Normannesimo is a pictorial work that was born from the suggestions of various aspects of Norman art in Sicily (architecture, sculpture, mosaics) and from all those contaminations that cross local culture (referring to Arabian, southern Italian and Byzantine workers). In Normannesimo significant scenes are transferred into pictorial images that represent the history of the Norman conquest of Sicily beginning with the battle of Cerami (1063) under Ruggero I from Altavilla, until the death of Federico II of Svevia. Ruggero I and his brother Roberto il Guiscardo began the process of reconquering Sicily from the Muslim dominion that lasted about 30 years. After the death of Ruggero I (the year 1101) his wife Adelasia del Vasto transferred her Court from Mileto (Calabria) to Sicily and there reigned until the year 1112 when her son Ruggero II took power. His reign was confirmed at his coronation on Christmas Day in the year 1130 in Palermo. Ruggero II died February 26th, 1154 at the age of 58. The crown officially passed on to his son, Guglielmo I, who had actually already been ruling for three years. Upon his death, his son, Guglielmo II, was solemnly incoronated by the Bishop Romualdo in a Catholic cathedral. Meanwhile, Federico I Barbarossa’s new diplomatic strategy was getting under way concerning Sicily and in 1183 he proposed a union by way of marriage between Costanza of Altavilla, daughter of Ruggero II, and his son Enrico VI of Hohenstaufen. However at just 36 years of age, Guglielmo II died with no heirs to his throne. The reign passed into the hands of Tancredi di Lecce, who was crowned on the 18th of January, 1190 in the cathedral of the city of Palermo. At his death, the reign passed to the aforementioned Enrico VI di Svevia, following his wedding with the last of the descendants of Altavilla, Costanza, and the the 25th of December 1194 he received his crown as King of Sicily. Meanwhile, his wife Costanza, in heavy labor, stopped at Jesi, in March, where she gave birth to Federico II. The world honored Federico II as King of Sicily, lord of arms and literature and he was given the nickname of “Stupor mundi” (Latin for ‘world wonder’). He died in the year 1250 and was buried in the cathedral of Palermo. The entire series draws inspiration from the tapestry of Bayeux, a strip of fabric made of flax and wool, 50 cm high and 70.34 cm wide, which today is kept in the museum of Bayeux in Normandy. Woven into the fabric is a pictorial representation of the Norman conquest of England led by Guglielmo the Conquerer after the celebrated battle of Hastings in 1066. The series “Normannesimo” consists of 50 oil paintings using strictly the colors of bladder green, Mars red, ochre Yellow (dark and light) and dark cobalt blue. Raw jute is applied to the canvas in fragments picturesquely embroidered in wool utilizing various techniques. The background parts include black inscriptions of medieval Latin relating to the scene represented in the painting. The frames containing these works are each uniquely handmade of wood from lime trees containing decorative elements inspired by the Norman iconographic repertoire; the frame has a central section of black on which are placed, to settle the decoration, various pieces painted in the five colors mentioned above. The finished works, complete with frame, each share the same dimensions of 116 x 86 cm.
The whole cycle takes it’s inspiration from “Arazzo Di Bayeux”, a strip of linen fabric and wool, about 50 cm high and 70.34 cm long; is now housed in the museum of Bayeux – Normandy. In the tapestry is represented the Norman conquest of England by William the Conqueror, after the famous battle of Hastings of 1066. The works are in total 50, the technique used is oil, the colors used are green, the bladder, the red of Mars, the dark yellow ocher and clear, and dark cobalt blue. Are applied to the canvas inserts raw jute (called “fragments”), embroidered in wool with the picturesque and the grass, with the colors the same as those of tapestry of Bayeux. Parts including the black, appearing in medieval Latin inscriptions (relating to the scene represented), with the same period of the Latin character Ruggeri, recognizable in the inscription found to the Palace of the Normans in Palermo on the opening clock water sought by king Roger II in 1141. The frames that enclose the works are in linden wood. Each frame is hand built on a single project, from decorative elements of the apses, portals of churches and cloisters Norman columns, the frame has a black center section on which the accommodation is to compose the decoration, the various pieces painted with the colors above cited. The works include finite frames have dimensions of cm 116xcm86.The artwork is on permanent display atMuseo Regionale di Palazzo d’Aumale.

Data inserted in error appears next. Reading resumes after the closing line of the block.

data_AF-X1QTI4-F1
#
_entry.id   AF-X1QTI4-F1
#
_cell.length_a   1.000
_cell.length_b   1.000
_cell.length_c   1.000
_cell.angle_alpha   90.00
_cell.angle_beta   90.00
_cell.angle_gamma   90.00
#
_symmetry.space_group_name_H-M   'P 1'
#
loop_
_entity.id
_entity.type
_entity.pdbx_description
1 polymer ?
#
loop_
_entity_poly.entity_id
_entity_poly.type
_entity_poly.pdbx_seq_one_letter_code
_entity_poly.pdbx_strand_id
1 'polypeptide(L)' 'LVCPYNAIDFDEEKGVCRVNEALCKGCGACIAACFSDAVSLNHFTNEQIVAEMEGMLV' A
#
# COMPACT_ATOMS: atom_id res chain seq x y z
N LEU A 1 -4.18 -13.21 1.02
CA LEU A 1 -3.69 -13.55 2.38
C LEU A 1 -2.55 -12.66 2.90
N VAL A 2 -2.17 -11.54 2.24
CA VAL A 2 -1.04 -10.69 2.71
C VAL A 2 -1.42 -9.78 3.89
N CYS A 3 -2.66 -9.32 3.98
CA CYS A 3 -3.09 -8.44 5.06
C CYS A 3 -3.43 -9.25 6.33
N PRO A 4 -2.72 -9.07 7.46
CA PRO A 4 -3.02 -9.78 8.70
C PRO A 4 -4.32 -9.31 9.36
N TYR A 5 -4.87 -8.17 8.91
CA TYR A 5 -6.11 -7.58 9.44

Altavilla: Italianisation of the original hauteville-le-guichard that indicates the origin of a family of small landowners Normans who settled in southern Italy unifying and making a significant contribution to removal of the Byzantines and Muslims. He was founder Tancredi who had twelve sons. The first Norman to win fame and position in southern Italy was Ranulf I Drengot. The Duke of Naples, Sergius IV, gave him in marriage his sister, already widow of the Duke of Gaeta, and invested him with the county of Aversa. Aversa is the only city ‘founded by the Normans in the South. After the death of his wife, Rainulfo changed deployment, marrying a niece of an enemy of the Duke of Naples, Prince of Capua Pandolfo IV and becoming vassal. Soon he support ed the Prince of Salerno Guaimario IV also getting the Duchy of Gaeta (1041). In this period came in the South, the brothers William tug of war, and Drogo, the sons of Tancred. William tug of war in 1042 became Count of Apulia getting the territories from which he had crushed the Byzantines against which they had arisen cities’ of Puglia. From here there began the expansion of Altavilla. In fact, Drogo of Hauteville, the successor of William tug of war, received the investiture of the county of Apulia, while Ranulf “the Trincanocte” that the county Aversa. Even the Pope wanted to tell her about the fate of the south, when the population of Puglia called him for help against the attackers. Leo IX (1049-1054) tried to remove the Normans from southern Italy with the help of German troops and Byzantine. In Ciivitate however, in the north of Apulia , suffered a complete defeat. So, consequently the papal policy towards the Normans changed. In fact, Niccolò II (1058.1078) formed an alliance with the invaders, and during the Synod of Melfi (1059), invested the count of Aversa, Richard I Quarrel (1050-1078), with the principality of Capua. At the same time proceeded to invest Robert Guiscard (the smart) as count of Apulia taken over as heir of his brother Humphrey, and the Duchy of Calabria and in the future, with the help of God and St. Peter, of Sicily. Until then, the Normans had distinguished themselves for the brutality of their violence, which had not spared the goods of the Church. Once they became vassals of the Pope, they turned into benefactors making donations to churches and monasteries, where they now prayed for the salvation of their souls. They also established new monasteries where monks introduced the Normans. Many Normans came from Britain as well as from Normandy, places where there was no more space for many young nobles that they had to seek fortune elsewhere. Thanks to their weapons on horseback with a slight crush on knit and a shield long, almond-shaped, they were in a condition of superiority than their opponents Byzantines and Muslims. They took possession of new fighting techniques, such as, the construction of towers wooden furniture that made more easy to approach the walls of the city. The disunity of local forces opened the road to the invaders. An important tool for integration was the marriage with girls of the local aristocracy. Returning to Altavilla, in 1055 in southern Italy Guiscard’s brother, Roger I, arrived. After an aid to quell a rebellion, and a series of conflicts with the same brother Robert to have an independent domain in Calabria together strengthened their domain and began the reconquest of the island “Sicily” then brought to an end by Roger I, who held the title of Count. The duchy of Apulia and Calabria and the County of Sicily were reunited, after some of the events inside the descending branch from Guiscard, under Roger II of 1130 assumed the title of King of Sicily. Did not survive him none of the first three children. He was succeeded by the fourth, William I “the Bad” which in turn leaft the title to his son William II “the Good”. He died without heirs closing the dynasty of Altavilla and triggering the attempt to rise to the throne of Tancred of Lecce, illegitimate grandson of Roger II. The armed intervention of Henry VI, according to the rights arising from his marriage to Constance of Altavilla, put and to the Norman rule of Sicily.